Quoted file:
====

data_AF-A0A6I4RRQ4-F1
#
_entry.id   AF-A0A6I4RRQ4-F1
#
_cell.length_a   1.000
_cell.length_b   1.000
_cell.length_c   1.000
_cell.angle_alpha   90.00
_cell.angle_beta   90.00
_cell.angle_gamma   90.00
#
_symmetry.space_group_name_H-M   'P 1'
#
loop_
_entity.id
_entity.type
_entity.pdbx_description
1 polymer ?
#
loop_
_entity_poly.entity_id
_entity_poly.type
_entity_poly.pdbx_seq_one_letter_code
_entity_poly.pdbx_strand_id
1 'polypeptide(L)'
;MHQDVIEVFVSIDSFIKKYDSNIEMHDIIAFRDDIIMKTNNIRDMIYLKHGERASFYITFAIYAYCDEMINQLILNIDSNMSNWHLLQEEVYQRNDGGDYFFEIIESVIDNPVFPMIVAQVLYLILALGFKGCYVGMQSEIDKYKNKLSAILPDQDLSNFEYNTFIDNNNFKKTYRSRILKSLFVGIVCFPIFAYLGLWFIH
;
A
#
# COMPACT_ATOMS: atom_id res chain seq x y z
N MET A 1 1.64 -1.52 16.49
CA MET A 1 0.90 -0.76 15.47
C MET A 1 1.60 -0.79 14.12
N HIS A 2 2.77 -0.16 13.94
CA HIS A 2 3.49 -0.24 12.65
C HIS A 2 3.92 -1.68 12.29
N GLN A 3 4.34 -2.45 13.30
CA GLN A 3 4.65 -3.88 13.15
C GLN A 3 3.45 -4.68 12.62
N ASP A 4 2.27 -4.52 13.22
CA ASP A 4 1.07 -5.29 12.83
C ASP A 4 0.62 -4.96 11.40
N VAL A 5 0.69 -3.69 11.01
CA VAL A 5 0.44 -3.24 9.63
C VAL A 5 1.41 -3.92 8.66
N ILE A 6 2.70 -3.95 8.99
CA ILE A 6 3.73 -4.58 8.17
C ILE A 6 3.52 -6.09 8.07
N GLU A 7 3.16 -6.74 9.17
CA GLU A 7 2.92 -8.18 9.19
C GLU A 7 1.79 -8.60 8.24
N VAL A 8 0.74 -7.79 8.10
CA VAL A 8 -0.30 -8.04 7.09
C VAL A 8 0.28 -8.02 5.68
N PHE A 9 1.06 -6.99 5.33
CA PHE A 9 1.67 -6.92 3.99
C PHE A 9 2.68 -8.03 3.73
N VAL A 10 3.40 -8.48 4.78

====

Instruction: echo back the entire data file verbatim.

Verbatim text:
data_AF-A0A6I4RRQ4-F1
#
_entry.id   AF-A0A6I4RRQ4-F1
#
_cell.length_a   1.000
_cell.length_b   1.000
_cell.length_c   1.000
_cell.angle_alpha   90.00
_cell.angle_beta   90.00
_cell.angle_gamma   90.00
#
_symmetry.space_group_name_H-M   'P 1'
#
loop_
_entity.id
_entity.type
_entity.pdbx_description
1 polymer ?
#
loop_
_entity_poly.entity_id
_entity_poly.type
_entity_poly.pdbx_seq_one_letter_code
_entity_poly.pdbx_strand_id
1 'polypeptide(L)'
;MHQDVIEVFVSIDSFIKKYDSNIEMHDIIAFRDDIIMKTNNIRDMIYLKHGERASFYITFAIYAYCDEMINQLILNIDSNMSNWHLLQEEVYQRNDGGDYFFEIIESVIDNPVFPMIVAQVLYLILALGFKGCYVGMQSEIDKYKNKLSAILPDQDLSNFEYNTFIDNNNFKKTYRSRILKSLFVGIVCFPIFAYLGLWFIH
;
A
#
# COMPACT_ATOMS: atom_id res chain seq x y z
N MET A 1 1.64 -1.52 16.49
CA MET A 1 0.90 -0.76 15.47
C MET A 1 1.60 -0.79 14.12
N HIS A 2 2.77 -0.16 13.94
CA HIS A 2 3.49 -0.24 12.65
C HIS A 2 3.92 -1.68 12.29
N GLN A 3 4.34 -2.45 13.30
CA GLN A 3 4.65 -3.88 13.15
C GLN A 3 3.45 -4.68 12.62
N ASP A 4 2.27 -4.52 13.22
CA ASP A 4 1.07 -5.29 12.83
C ASP A 4 0.62 -4.96 11.40
N VAL A 5 0.69 -3.69 11.01
CA VAL A 5 0.44 -3.24 9.63
C VAL A 5 1.41 -3.92 8.66
N ILE A 6 2.70 -3.95 8.99
CA ILE A 6 3.73 -4.58 8.17
C ILE A 6 3.52 -6.09 8.07
N GLU A 7 3.16 -6.74 9.17
CA GLU A 7 2.92 -8.18 9.19
C GLU A 7 1.79 -8.60 8.24
N VAL A 8 0.74 -7.79 8.10
CA VAL A 8 -0.30 -8.04 7.09
C VAL A 8 0.28 -8.02 5.68
N PHE A 9 1.06 -6.99 5.33
CA PHE A 9 1.67 -6.92 3.99
C PHE A 9 2.68 -8.03 3.73
N VAL A 10 3.40 -8.48 4.78